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How many carbohydrates should I eat?
Carbohydrates are the body's main fuel source and should therefore make up the majority of your daily energy intake, mainly in the form of whole grains, vegetables, legumes and some fruit. Exactly how many carbohydrates you need depends on a number of factors, the most important being your daily calorie intake. At CalorieKing, we recommend that about 50 - 60% of your total calories should come from carbohydrates. Variations on this rule are shown in the table below.
Other factors also influence your recommended carbohydrate intake, such as:
- Body weight. More specifically, the amount of body muscle. The greater your muscle mass, the more carbohydrates you need.
- Gender. Males generally require more carbohydrates because of their greater muscle mass.
- Training level. Elite athletes will have greater needs than a recreational athlete who goes to the gym three times a week. The more active you are, the more carbohydrates you will need.
- Type of sport. Endurance-type sports, such as long-distance running, require more carbohydrates than “short-energy burst”’ sports, such as a 100-metre sprint. Any aerobic sport also requires substantial stores of carbohydrates.
- Diabetes. Although most people with diabetes can include a moderate amount of carbohydrates in their diet, individual health will affect particular dietary needs.
- Carbohydrate-sensitivity, grain allergies, digestive disorders. If you have any of these conditions, you may only be able to include a gradual and moderate amount of selective carbohydrates in your diet.
* You should discuss your recommended calorie and carbohydrate intake with your doctor or dietitian.
Daily Total Calories
Daily Total Carbohydrates
Percent of Carbohydrate Calories
From Allan Borushek's Pocket Calorie, Fat & Carbohydrate Counter, 2005 edition.
Are carbohydrates fattening?
There is so much confusion over the issue of whether or not carbohydrates are fattening. Some people say not to eat pasta, bread, or potatoes because they are fattening, but then others say that you should eat more carbohydrates because they are good for you.
The truth is that carbohydrates are an essential part of any diet. However, too much of anything, including carbohydrates, can be fattening. It is best to develop a good understanding of how many carbohydrates you need so as to be sure you don’t eat too many or too few.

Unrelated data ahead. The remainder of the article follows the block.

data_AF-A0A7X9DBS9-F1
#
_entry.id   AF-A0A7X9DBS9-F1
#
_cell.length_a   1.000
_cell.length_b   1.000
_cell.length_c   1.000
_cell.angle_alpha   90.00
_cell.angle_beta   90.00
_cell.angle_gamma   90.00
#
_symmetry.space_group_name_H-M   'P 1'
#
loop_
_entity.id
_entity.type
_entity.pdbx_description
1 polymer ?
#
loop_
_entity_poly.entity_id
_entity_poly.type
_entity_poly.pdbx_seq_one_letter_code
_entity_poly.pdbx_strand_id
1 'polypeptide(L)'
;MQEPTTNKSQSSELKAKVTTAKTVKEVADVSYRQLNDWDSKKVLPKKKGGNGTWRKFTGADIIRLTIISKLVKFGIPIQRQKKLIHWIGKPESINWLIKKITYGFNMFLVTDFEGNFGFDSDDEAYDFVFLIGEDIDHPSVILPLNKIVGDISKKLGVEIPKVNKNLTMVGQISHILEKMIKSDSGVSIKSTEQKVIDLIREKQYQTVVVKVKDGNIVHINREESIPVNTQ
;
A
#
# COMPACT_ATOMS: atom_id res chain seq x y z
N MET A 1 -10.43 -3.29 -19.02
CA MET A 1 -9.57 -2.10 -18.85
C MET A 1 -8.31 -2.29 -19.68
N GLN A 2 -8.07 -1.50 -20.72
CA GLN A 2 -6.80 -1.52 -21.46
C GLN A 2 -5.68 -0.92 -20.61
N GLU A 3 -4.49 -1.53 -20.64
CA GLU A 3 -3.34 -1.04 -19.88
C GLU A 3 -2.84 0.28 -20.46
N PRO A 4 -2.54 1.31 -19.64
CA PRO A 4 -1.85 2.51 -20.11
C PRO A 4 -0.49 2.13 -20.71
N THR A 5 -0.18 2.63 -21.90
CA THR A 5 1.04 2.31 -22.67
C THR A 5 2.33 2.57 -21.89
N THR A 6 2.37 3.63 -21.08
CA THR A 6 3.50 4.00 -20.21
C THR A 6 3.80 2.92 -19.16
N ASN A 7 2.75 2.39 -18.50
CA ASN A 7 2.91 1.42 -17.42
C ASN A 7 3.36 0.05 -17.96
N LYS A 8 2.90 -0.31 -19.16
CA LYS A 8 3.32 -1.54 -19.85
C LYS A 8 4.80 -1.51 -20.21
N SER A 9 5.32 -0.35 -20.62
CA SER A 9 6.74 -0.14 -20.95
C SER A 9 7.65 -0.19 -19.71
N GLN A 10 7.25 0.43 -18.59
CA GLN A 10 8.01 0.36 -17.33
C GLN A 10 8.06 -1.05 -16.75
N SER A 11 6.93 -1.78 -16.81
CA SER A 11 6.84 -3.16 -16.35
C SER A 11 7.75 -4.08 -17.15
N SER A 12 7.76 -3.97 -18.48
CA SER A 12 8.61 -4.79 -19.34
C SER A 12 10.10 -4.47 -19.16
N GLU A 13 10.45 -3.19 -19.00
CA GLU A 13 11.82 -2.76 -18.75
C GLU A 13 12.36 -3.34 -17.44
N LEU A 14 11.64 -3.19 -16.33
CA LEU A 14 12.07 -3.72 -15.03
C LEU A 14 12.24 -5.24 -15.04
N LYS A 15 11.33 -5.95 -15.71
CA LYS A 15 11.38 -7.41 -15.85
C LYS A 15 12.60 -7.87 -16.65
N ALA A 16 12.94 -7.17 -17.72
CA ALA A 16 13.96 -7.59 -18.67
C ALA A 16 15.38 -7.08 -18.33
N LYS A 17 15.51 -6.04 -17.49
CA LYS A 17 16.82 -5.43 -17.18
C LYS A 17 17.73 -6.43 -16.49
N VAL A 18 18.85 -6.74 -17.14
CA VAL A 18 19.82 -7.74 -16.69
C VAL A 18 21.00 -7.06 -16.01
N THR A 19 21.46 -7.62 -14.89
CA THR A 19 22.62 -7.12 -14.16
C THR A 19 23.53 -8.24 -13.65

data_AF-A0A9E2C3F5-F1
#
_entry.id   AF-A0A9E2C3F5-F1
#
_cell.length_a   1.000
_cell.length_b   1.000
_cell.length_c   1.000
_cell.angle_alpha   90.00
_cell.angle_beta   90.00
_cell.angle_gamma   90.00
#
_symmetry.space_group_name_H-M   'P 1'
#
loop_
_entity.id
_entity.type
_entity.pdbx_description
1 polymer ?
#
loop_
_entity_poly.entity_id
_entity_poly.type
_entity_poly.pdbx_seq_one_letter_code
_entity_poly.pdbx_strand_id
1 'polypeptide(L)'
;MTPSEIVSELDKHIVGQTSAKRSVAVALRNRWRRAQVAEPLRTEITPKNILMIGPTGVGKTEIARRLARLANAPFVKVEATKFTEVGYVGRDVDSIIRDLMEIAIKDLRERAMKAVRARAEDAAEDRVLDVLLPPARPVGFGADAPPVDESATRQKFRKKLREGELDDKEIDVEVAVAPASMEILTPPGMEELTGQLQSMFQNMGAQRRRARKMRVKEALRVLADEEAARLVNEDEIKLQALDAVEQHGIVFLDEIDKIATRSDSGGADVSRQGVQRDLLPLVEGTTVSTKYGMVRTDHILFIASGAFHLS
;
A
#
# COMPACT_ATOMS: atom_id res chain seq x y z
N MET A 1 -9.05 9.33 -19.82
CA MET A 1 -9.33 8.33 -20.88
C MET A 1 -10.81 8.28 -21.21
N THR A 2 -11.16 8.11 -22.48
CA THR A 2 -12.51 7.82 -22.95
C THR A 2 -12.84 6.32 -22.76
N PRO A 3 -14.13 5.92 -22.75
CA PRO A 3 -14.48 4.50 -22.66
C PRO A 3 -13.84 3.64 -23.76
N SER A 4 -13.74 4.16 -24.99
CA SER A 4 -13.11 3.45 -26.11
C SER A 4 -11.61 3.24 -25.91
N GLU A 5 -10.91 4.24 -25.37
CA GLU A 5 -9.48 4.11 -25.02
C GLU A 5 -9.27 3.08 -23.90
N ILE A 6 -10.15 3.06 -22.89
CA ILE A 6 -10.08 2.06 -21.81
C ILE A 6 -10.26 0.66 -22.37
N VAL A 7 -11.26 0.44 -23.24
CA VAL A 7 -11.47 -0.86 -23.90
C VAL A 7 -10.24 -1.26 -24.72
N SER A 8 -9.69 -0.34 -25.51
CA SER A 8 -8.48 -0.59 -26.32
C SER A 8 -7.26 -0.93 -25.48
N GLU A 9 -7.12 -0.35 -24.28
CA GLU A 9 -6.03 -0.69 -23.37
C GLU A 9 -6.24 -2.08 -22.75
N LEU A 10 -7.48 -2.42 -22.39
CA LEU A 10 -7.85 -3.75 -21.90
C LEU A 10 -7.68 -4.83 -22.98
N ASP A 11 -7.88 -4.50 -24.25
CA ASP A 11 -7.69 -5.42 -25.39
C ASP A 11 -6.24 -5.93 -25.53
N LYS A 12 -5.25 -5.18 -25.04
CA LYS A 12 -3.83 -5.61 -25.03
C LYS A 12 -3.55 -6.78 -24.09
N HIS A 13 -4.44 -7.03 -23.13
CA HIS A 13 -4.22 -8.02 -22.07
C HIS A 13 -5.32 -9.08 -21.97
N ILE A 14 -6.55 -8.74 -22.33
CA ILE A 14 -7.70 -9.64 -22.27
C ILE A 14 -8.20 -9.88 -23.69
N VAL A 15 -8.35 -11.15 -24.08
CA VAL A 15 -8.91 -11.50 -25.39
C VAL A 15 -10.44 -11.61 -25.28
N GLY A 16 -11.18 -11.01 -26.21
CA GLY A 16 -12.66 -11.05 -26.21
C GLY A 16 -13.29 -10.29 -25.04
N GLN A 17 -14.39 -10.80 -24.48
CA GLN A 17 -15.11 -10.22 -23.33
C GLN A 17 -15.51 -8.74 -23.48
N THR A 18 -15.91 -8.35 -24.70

Here are some points to keep in mind when considering the relationship between carbohydrates and weight loss:
- No carbs means no real weight loss. When you don’t eat carbohydrates, you break down muscle tissue along with body fat. If you lose weight as a result of this, you also lose your muscle. When you start putting carbohydrates back into your diet, you quickly gain the weight back.
- Food is a complex mixture of many nutrients, so it is impossible to say that just one type of food is fattening. The nutrients which provide energy are carbohydrates, fats, and proteins, and most foods contain all of them. This energy is measured in calories or kilojoules.
|Energy Values Per Gram of Food
As indicated by the chart, different nutrients contribute a different amount of calories. Fats provide over twice as many calories as carbohydrates.
- We usually eat carbohydrates and fat together. For example, a Spaghetti Bolognese meal has a sauce made with oil and minced meat that is topped with cheese. These ingredients contain a lot of fat, and therefore contribute many calories. Pasta alone contains very little fat and is made up mainly of carbohydrates, which contribute fewer calories. This pasta meal is fattening more because of the sauce than the pasta.
- Too much of anything is fattening! If you eat too much of anything, it’s going to add excess weight. As a recent World Health Organisation report points out: "It is important to state that excess energy (calories) in any form will promote body fat accumulation and that excess consumption of low-fat foods, while not as obesity-producing as excess consumption of high-fat foods, will lead to obesity if energy expenditure (exercise) is not increased." When more carbohydrates are eaten than is good for the body, most of them are stored in the liver and muscles as glycogen; the remainder is stored as fat.
- Carbohydrates are more filling than fat. The fibre content of most carbohydrates swells in the digestive system, which makes us feel full faster than other foods do. Also, the conversion of dietary fat to body fat requires very little energy compared to carbohydrate conversion; in fact, only 3% of energy intake is required in this process. Compared to carbohydrates, it can be easy to eat too much fat because foods high in fat are generally low in dietary fibre; therefore it takes more of those foods for us to feel full.